Administrative law – Physicians and surgeons – Hospital privileges – Judicial review – Remedies – Alternative remedies – Human rights complaints – Harassment – Investigations – Procedural requirements and fairness – Report, adequacy of
Cimolai v. Children’s and Women’s Health Centre of British Columbia,  B.C.J. No. 2473, British Columbia Court of Appeal, November 22, 2007, M.E. Saunders, A.D. Thackray and S.D. Frankel JJ.A.
Cimolai was a microbiologist who joined the Hospital in 1987. The other physician, Dr. Thomas (“Thomas”), started working at the Hospital in 1985. Cimolai became Chief Officer of Infection Control Services but was later replaced in that role by Thomas. A similar succession occurred with the position of Head of Program 5: Microbiology, Virology and Infection Control.
In 2000, Thomas complained against Cimolai alleging personal harassment in the workplace. Nine other individuals also complained about Cimolai’s behaviour. An investigation into alleged harassment in respect of one of the other complainants was conducted and resulted in the hospital board terminating Cimolai’s privileges in September 2001.
Cimolai brought a petition under the Judicial Review Procedure Act but although the investigation report was found to be flawed, the petition was dismissed because Cimolai was held to have an adequate alternative remedy through an appeal to the Hospital Appeal Board.
The Court of Appeal allowed an appeal from the decision on judicial review and set aside the Board’s decision terminating privileges. A new investigation was ordered but the Court of Appeal did not order reinstatement of Cimolai at that time.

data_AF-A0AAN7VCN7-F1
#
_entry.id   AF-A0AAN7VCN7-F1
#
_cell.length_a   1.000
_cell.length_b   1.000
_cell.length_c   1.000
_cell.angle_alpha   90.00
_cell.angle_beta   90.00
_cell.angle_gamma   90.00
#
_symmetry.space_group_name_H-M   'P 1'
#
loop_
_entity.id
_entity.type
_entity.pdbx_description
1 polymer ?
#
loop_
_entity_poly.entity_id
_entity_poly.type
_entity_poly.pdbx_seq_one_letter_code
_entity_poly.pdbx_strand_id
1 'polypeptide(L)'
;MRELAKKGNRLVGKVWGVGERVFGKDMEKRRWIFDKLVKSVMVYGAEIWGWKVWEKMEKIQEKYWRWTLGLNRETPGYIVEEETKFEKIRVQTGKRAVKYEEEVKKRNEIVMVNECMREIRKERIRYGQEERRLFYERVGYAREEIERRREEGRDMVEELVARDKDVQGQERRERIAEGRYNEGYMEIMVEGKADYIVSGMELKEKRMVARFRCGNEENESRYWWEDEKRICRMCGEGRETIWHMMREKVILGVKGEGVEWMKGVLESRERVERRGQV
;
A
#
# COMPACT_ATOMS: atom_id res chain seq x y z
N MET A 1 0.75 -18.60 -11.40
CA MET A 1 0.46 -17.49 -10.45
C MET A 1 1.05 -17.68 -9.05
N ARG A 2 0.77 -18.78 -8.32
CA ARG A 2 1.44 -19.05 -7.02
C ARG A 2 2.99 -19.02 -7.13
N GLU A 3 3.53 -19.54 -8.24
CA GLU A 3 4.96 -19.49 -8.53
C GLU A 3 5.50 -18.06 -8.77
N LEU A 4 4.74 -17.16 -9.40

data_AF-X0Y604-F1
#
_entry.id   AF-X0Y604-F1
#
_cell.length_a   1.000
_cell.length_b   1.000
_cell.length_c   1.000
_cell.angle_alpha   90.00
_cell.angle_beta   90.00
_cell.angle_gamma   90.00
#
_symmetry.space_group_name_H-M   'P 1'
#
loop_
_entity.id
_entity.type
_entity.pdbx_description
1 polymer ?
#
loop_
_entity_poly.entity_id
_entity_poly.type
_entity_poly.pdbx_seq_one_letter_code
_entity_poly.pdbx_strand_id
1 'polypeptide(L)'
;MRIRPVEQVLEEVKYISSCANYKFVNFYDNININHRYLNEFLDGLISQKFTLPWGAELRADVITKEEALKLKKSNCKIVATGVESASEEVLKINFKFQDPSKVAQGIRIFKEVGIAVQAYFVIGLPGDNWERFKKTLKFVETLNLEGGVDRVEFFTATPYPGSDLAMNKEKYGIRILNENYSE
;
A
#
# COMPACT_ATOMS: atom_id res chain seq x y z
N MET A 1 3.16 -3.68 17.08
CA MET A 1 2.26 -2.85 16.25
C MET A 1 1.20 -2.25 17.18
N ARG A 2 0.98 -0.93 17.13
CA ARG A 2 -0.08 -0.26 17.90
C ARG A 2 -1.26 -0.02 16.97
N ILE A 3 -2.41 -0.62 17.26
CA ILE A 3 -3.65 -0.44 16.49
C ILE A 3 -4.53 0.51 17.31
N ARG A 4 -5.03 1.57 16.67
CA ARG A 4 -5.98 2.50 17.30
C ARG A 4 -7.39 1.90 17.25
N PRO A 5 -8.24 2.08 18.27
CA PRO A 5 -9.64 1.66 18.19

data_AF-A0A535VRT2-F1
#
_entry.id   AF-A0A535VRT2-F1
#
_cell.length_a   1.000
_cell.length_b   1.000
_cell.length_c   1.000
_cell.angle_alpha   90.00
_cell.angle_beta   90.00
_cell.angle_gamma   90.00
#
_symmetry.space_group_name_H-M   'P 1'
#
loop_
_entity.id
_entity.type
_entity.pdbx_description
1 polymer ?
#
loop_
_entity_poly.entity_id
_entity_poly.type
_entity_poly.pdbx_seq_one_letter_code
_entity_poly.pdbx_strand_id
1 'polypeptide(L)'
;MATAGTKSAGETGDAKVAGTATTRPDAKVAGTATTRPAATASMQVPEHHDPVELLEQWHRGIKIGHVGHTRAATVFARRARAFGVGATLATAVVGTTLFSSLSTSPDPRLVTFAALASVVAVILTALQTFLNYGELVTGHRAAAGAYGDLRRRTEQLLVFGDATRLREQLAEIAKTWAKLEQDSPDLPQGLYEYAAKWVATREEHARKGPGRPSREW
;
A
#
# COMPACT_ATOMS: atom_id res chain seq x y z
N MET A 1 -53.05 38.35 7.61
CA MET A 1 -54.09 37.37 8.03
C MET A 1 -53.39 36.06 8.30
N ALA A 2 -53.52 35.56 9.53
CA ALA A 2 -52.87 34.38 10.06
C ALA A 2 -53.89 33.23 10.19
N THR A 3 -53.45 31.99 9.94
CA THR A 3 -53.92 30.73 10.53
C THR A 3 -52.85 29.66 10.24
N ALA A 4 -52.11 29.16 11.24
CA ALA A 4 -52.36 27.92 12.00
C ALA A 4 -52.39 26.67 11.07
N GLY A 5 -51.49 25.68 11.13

The Hospital retained an outside investigator to conduct a new investigation starting in August 2003. A lengthy report was prepared concluding that the allegations of personal harassment by Thomas against Cimolai had been substantiated and proven and that Cimolai’s conduct violated the Hospital’s human rights policy.
The Hospital advised Cimolai that his privileges were to be cancelled on the basis of the investigation. Again, Cimolai brought a petition under the Judicial Review Procedure Act to set aside the investigation report on the grounds that he had not been afforded a fair hearing. At that time, the Honourable Mr. Justice Cullen held that it would be premature to conduct a judicial review given that Cimolai had not availed himself of procedural steps of internal review that were available.
Pursuant to the human rights policy, the investigator’s report was then to be forwarded to the vice-president of the Medical Affairs Committee who was to meet with Cimolai to discuss the report. If Cimolai objected to the course of action recommended in the report, namely the revocation of privileges, the report would be sent to the Chair of the Medical Advisory Committee who would direct formation of a peer review committee to consider the complaint and make recommendations. At the time of this appeal, attempts were being made for the parties to agree to allow that process to proceed.
On the petition for judicial review, the Court held that the second investigation report was subject to judicial review but that the complaints could be fairly addressed to the Hospital’s internal process. The Court exercised discretion against determining the substantive complaints and indicated that such determination should be made through the Hospital’s process.
Cimolai argued that the Court’s discretion in that respect was unreasonably exercised and that the process was infused with bias. The Court of Appeal rejected these submissions. The Court of Appeal indicated that the assumption should still be made that Cimolai would have an opportunity to present his case through the Hospital investigation process. His appeal was dismissed.
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